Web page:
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Thru-Hike The Appalachian Trail For 1/3rd The Cost

July 17, 2018

Disclaimer: If you don't know what you're doing - don't do it!  Ecotourism is an inherently dangerous pastime fraught with risks and has proved fatal to even the experienced.  We assume these risks individually.  This is not a "how-to" anything.  This is merely an alternative packing list of inexpensive widely available outdoor equipment that frugal would-be thru-hikers can find in a single visit to Walmart.  This is not an endorsement of any of the mentioned products or of Walmart itself.  Nor is it a suggestion that you personally take a hike or conduct one in any particular manner if you choose to.


Conventional trail wisdom is that the average Appalachian Trail thru-hike costs an individual between $5,000 and $7,000.  $2-$3 a mile and about $750-$1,500 in gear.  Some sources say about $1,000 a month for a 5-7 month trip.  This is like the mall dictating that you triple your holiday spending.


The solution presented here allows for an average Appalachian Trail thru-hike at a cost of $1,500-$2,000.  That's about ¢0.69 a mile for a 6 month hike of 2,182 miles with warmer May-September weather in mind.  A completely disposable outfitting of $400 in gear includes footwear and appropriate non-cotton clothing with about $50 a week allotted for a generous 7-8 day food supply.  More camp food than I'd actually care to carry at once.  Factoring replacement footwear every 500 miles and one hotel room stay per month, or two stays a month with a partner split, laundry and incidentals, the A.T. can be thru-hiked for under or about $1 a mile.  That's a comfy baseline figure well below current market motivated projections.


If you're a GoLight gram-weenie, gear snob, purist, or hiker-chic fashionista stop reading now!


The items are listed in the order in which they appear on the receipts and are divided into three groups: gear, clothes, and food, with pics from the single Walmart shopping visit.  Without further ado the list.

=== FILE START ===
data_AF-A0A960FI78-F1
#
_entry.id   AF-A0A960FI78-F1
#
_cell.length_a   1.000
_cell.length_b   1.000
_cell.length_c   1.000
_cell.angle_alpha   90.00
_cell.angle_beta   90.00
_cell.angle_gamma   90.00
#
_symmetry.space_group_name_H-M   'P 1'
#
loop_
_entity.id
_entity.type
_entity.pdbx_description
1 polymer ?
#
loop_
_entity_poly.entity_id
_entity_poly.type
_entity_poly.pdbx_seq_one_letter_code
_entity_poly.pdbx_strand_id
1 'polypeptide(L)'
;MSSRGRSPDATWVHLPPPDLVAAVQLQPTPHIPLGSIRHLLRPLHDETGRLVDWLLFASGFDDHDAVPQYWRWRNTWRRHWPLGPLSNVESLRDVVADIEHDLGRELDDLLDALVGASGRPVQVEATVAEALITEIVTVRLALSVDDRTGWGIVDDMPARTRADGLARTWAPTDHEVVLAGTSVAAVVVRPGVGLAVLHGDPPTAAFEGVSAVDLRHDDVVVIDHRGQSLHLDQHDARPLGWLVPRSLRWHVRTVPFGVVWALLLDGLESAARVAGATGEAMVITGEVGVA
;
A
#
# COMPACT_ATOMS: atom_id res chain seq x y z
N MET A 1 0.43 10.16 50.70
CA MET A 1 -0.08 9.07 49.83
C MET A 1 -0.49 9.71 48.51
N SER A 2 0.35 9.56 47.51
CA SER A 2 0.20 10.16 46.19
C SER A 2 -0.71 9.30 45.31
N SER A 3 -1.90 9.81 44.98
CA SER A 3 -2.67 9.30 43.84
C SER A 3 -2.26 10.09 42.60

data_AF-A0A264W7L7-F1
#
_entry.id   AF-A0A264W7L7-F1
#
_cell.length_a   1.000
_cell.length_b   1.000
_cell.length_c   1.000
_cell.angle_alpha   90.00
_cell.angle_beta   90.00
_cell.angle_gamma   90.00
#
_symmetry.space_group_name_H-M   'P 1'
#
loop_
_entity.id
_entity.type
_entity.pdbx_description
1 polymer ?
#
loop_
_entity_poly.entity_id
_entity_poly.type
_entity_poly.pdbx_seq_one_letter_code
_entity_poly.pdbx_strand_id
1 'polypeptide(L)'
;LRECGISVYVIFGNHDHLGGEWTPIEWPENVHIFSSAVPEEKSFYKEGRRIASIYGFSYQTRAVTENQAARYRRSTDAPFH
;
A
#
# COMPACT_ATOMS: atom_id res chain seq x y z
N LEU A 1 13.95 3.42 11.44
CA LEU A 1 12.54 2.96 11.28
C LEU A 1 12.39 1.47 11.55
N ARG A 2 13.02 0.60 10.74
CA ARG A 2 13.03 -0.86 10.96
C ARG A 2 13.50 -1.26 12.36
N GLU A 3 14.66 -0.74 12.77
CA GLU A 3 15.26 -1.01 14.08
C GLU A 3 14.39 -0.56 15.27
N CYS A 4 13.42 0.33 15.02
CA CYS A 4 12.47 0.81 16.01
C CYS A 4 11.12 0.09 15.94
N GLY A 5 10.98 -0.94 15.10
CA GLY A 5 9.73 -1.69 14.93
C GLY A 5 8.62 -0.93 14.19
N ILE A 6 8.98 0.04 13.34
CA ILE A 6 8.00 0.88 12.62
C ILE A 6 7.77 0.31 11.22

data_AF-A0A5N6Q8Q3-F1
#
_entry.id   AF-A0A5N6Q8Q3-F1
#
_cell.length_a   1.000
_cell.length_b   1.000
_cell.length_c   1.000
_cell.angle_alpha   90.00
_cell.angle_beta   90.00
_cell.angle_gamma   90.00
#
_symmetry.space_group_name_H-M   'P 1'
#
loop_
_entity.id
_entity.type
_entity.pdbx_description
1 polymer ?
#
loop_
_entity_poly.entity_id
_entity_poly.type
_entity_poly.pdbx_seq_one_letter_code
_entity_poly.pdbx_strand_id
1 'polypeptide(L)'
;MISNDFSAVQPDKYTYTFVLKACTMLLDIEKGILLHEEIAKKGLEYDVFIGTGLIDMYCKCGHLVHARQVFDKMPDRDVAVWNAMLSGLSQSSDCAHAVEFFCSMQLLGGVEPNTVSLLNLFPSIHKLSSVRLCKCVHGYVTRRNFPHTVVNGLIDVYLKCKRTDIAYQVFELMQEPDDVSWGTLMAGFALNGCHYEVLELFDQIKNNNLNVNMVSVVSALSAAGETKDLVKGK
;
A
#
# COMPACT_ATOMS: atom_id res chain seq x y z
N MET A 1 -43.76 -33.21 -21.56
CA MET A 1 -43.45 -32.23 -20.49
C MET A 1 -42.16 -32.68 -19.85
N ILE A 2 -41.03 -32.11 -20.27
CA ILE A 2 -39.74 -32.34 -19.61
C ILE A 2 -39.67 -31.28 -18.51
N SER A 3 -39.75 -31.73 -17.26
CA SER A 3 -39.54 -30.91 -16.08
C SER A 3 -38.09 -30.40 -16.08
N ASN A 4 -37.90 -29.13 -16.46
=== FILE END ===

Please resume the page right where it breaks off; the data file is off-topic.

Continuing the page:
Sleeping Pad* (Cut to size later)

Trekking Poles

Croc-Like Camp Shoes*

1 Person Shelter (Bivy = 3 lbs)*

40°F Sleeping Bag* (WM sells a +?°F liner for $6 = 1/2 lb)

Hikers (Footwear)

Rain Suit*

x2 Sporks (Make a friend happy)*


First Aid Kit*

Fuel (For stove)*

x2 Pots (Ditch x1 - I weighed x1)*

Headlamp w/Batteries*

Paracord Bearline*

x2 Carabiners*

H2O Purification Tabs*

65 Liter Backpack*






Light Long Sleeve Zipping Turtleneck Poly Sweater

Short Sleeve Poly Sport Tee

"Down-Like" Poly Filled Packable Puffy Jacket*

Pocket Knife

Wet Wipes*


Bug Repellent*

Poly Sport Under Bottoms


x6 Pair Socks (Ditch x2)


Poly Pants

x2 LIFEWTR Bottles 23.7 oz ea. (For reuse as canteens)



*Starred items weighed together = 18.2 lbs including H2O for an approx. 15.2 lbs base wt.





Breakfast: x2 oatmeal w/peanut butter, fruit snack bar, coffee & cocoa, chocolate bar


1st Lunch: mashed potatoes, chocolate bar


2nd Lunch: pepperoni and cheese tortilla, chocolate bar


Dinner: Ramen noodles, tuna or salmon w/Tabasco, crackers, juice, chocolate bar





The food in the pics broken down make an 11 lb food bag with 7-8 days of this menu after ditching 1/2 the trail mix and peanut butter.  While this is not a 6,000 calorie day the prevalence of trail magic, feeds, and hiker boxes along the way will doubtlessly augment my diet.  With a sub 20 lb pack that includes H2O even if I carried all 11+ lbs of food I'd still have about a 30 lb pack.  This is my 20 mile a day menu: eat, hike 5 miles, repeat x3, sleep.  I plan on staying hungry.  Also shown are items that are found everywhere on the trail and will be invaluable: a food bag, trash bags for waterproofing, Ziploc baggies, duct tape, a lighter (included on list), and butt wipes.  Tons of food, guidebook pages, and gear are ditched on the trail and can be found in the hostel hiker boxes where laundry and showers are often sold a' la carte.  Work-for-stay?